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The nature versus nurture debate will always be an aspect in all of the various opinions

and theories of philosophers and educators (Berk, 2013). I believe that to a certain extent, we
already contain a genetic makeup of what we would have the potential to be able to achieve
(nature) and what our behaviors we will possess (nurture). However, through the combination of
resources and interactions that we are exposed to, our embedded gifts and personalities will be
manifested.
Urie Bronfenbrenner is one of a few theorists that I admire. His famous ecological
systems theory explains how society as a whole influences a childs overall development.
Because of his research, we are now aware of the fact that a childs parents, peers, social settings
(mall, church, school, Boy/ Girl scouts, the YMCA, etc.) all have a variety of influences on him
or her. Therefore, when the child becomes an adult, these influences would have had a profound
effect on how this childs personality will be formed.
Another phenomenal theorist is Jean Piaget. What he brought to the field of child
development was the process of how children think and learn. When the child has the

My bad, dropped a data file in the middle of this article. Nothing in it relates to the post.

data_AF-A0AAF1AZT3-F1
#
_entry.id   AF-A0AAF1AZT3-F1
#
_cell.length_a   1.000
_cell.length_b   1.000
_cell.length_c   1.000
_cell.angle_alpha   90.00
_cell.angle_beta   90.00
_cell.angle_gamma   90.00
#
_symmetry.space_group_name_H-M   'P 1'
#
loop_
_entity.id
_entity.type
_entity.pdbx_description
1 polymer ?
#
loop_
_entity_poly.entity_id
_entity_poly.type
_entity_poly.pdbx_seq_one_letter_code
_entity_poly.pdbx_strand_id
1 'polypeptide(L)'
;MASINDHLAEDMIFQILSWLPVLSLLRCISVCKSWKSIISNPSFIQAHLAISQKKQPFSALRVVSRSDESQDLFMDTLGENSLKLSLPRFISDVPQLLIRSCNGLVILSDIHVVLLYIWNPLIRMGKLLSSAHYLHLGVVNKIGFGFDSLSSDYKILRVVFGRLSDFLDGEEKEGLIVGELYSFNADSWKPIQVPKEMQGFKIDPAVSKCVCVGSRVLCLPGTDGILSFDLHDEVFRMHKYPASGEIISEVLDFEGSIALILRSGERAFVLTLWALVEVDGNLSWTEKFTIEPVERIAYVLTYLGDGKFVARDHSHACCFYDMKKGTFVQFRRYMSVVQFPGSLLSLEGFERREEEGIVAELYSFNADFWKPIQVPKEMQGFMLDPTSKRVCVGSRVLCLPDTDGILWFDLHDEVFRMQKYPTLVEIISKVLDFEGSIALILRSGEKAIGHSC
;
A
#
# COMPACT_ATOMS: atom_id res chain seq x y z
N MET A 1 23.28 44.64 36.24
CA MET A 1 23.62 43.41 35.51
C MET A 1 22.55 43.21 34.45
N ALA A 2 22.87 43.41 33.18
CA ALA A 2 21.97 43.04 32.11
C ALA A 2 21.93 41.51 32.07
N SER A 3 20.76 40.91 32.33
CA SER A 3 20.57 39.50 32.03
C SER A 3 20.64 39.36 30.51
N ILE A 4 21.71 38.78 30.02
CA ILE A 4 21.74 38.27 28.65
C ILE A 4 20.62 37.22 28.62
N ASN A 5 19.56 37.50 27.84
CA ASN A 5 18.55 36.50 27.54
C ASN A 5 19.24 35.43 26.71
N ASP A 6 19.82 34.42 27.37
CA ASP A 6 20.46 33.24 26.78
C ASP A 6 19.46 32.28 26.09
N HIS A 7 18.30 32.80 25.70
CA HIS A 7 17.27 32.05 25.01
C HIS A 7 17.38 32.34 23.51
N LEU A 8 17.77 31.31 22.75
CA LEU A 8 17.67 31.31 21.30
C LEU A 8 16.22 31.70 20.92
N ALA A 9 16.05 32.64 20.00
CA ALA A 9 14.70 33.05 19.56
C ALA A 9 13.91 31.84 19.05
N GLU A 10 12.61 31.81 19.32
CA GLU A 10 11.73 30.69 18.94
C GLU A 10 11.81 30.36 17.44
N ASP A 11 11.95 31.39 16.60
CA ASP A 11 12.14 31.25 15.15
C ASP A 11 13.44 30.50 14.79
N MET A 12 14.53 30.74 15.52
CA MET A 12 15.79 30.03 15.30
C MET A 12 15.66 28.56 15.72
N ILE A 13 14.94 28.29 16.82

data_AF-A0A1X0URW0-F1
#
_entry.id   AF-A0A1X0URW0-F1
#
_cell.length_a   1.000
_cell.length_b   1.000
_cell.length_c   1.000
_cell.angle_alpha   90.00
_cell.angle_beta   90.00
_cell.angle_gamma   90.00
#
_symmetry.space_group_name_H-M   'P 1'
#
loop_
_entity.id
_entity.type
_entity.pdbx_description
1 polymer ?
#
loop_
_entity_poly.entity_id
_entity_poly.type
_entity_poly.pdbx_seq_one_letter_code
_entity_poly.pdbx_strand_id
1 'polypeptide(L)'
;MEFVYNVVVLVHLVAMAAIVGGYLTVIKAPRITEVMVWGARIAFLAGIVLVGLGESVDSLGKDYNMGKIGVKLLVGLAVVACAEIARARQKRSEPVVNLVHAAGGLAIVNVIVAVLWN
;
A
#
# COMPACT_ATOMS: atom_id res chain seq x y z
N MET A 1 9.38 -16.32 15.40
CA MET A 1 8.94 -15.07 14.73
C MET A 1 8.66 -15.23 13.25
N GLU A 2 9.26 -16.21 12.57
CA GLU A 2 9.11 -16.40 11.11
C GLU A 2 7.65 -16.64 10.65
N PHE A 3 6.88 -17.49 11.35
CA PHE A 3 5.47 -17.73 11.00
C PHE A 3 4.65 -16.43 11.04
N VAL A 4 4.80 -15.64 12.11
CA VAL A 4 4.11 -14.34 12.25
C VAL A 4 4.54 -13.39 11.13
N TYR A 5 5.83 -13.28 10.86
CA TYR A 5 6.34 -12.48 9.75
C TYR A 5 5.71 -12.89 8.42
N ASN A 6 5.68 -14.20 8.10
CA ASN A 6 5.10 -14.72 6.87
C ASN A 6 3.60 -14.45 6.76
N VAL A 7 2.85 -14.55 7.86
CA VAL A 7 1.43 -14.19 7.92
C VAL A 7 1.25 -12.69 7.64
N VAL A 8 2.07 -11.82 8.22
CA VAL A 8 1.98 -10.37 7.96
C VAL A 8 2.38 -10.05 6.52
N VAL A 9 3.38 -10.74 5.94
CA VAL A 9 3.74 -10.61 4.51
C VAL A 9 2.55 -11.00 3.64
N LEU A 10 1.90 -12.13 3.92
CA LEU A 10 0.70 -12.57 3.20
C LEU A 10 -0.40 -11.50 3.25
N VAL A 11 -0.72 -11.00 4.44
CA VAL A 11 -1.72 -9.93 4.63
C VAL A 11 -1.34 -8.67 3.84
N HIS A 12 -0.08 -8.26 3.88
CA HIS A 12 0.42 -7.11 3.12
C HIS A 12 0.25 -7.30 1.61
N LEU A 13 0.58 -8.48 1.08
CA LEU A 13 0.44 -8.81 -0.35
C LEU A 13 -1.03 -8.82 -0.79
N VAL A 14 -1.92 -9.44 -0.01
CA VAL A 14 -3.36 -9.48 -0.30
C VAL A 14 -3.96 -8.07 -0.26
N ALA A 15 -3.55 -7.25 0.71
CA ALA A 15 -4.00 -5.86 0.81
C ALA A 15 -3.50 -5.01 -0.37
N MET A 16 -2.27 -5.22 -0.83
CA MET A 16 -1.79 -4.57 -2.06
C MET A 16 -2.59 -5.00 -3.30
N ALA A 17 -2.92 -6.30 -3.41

opportunity to engage within their environment, they are creating experiences form which they
will learn how to assimilate and accommodate (Siegler & Alibali, 2005). In other words, the
more children are exposed to a variety educational manipulatives and social contexts, the more
they would be able to store information away in their memory bank, and then process it in such
a way that should a need arise, they would know how to adapt to the situation (equilibration).
Last, but not least, Lev Vygotsky. Like the previous theorists, Vygotsky viewed the way
children learn in interacting within the environment, primarily by socializing as well as how they
think (Berk, 2013). Children derive from various cultural backgrounds, therefore conditioning

them in every aspect in how to interact with others is extremely important. The most prevalent
form in how children learn and communicate is through play (Van Hoorn, Nourot, Scales, &
Alward, 2011). Play is the foundation in which language, socialization, and problem solving,
among others, develop. According to Vygotsky, children advance themselves through dramatic
play by way of imitating what they see and hear (Berk, 2013).
I believe children learn best by other children as well as when adults model the
appropriate behaviors. This is why teachers, parents, and specialists need to allow for inclusion
of all students in classrooms, regardless of handicap and / or intellectual disabilities. Having all
inclusion classrooms would benefit them by them being able to interact with their fellow
classmates. Inclusion materials that contain Braille and other various textures could assist blind
children. Having tables / desks, hand bars and ramps will help children with handicaps. There are
numerous ways to modify a classroom for students with disabilities.